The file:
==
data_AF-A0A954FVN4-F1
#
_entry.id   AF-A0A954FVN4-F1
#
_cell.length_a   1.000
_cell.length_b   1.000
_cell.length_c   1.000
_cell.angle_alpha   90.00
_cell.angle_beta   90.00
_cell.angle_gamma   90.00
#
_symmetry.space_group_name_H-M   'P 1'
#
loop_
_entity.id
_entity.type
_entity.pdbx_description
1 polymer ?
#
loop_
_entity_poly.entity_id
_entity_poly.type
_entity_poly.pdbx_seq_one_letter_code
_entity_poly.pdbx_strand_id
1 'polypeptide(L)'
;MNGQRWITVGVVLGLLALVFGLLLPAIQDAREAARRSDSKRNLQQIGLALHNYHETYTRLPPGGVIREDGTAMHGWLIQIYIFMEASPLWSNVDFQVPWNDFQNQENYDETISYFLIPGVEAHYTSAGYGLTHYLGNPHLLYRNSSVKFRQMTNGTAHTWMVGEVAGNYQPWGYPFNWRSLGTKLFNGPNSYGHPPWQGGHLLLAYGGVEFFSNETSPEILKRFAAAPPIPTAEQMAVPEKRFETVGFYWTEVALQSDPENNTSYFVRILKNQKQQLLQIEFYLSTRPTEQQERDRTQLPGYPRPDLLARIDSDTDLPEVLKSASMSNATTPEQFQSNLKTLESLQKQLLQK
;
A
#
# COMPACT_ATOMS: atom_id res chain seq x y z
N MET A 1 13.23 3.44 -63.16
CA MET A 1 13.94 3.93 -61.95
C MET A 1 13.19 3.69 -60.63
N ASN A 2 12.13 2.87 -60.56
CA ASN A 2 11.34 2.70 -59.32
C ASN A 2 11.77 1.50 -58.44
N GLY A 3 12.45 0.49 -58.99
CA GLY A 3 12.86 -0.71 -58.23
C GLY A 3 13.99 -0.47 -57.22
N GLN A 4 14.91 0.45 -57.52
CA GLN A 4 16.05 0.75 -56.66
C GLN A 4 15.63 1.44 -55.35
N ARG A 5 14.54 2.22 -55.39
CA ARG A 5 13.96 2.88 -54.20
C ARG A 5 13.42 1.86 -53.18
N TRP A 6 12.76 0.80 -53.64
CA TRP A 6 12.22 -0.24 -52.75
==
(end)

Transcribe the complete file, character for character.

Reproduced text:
data_AF-A0A954FVN4-F1
#
_entry.id   AF-A0A954FVN4-F1
#
_cell.length_a   1.000
_cell.length_b   1.000
_cell.length_c   1.000
_cell.angle_alpha   90.00
_cell.angle_beta   90.00
_cell.angle_gamma   90.00
#
_symmetry.space_group_name_H-M   'P 1'
#
loop_
_entity.id
_entity.type
_entity.pdbx_description
1 polymer ?
#
loop_
_entity_poly.entity_id
_entity_poly.type
_entity_poly.pdbx_seq_one_letter_code
_entity_poly.pdbx_strand_id
1 'polypeptide(L)'
;MNGQRWITVGVVLGLLALVFGLLLPAIQDAREAARRSDSKRNLQQIGLALHNYHETYTRLPPGGVIREDGTAMHGWLIQIYIFMEASPLWSNVDFQVPWNDFQNQENYDETISYFLIPGVEAHYTSAGYGLTHYLGNPHLLYRNSSVKFRQMTNGTAHTWMVGEVAGNYQPWGYPFNWRSLGTKLFNGPNSYGHPPWQGGHLLLAYGGVEFFSNETSPEILKRFAAAPPIPTAEQMAVPEKRFETVGFYWTEVALQSDPENNTSYFVRILKNQKQQLLQIEFYLSTRPTEQQERDRTQLPGYPRPDLLARIDSDTDLPEVLKSASMSNATTPEQFQSNLKTLESLQKQLLQK
;
A
#
# COMPACT_ATOMS: atom_id res chain seq x y z
N MET A 1 13.23 3.44 -63.16
CA MET A 1 13.94 3.93 -61.95
C MET A 1 13.19 3.69 -60.63
N ASN A 2 12.13 2.87 -60.56
CA ASN A 2 11.34 2.70 -59.32
C ASN A 2 11.77 1.50 -58.44
N GLY A 3 12.45 0.49 -58.99
CA GLY A 3 12.86 -0.71 -58.23
C GLY A 3 13.99 -0.47 -57.22
N GLN A 4 14.91 0.45 -57.52
CA GLN A 4 16.05 0.75 -56.66
C GLN A 4 15.63 1.44 -55.35
N ARG A 5 14.54 2.22 -55.39
CA ARG A 5 13.96 2.88 -54.20
C ARG A 5 13.42 1.86 -53.18
N TRP A 6 12.76 0.80 -53.64
CA TRP A 6 12.22 -0.24 -52.75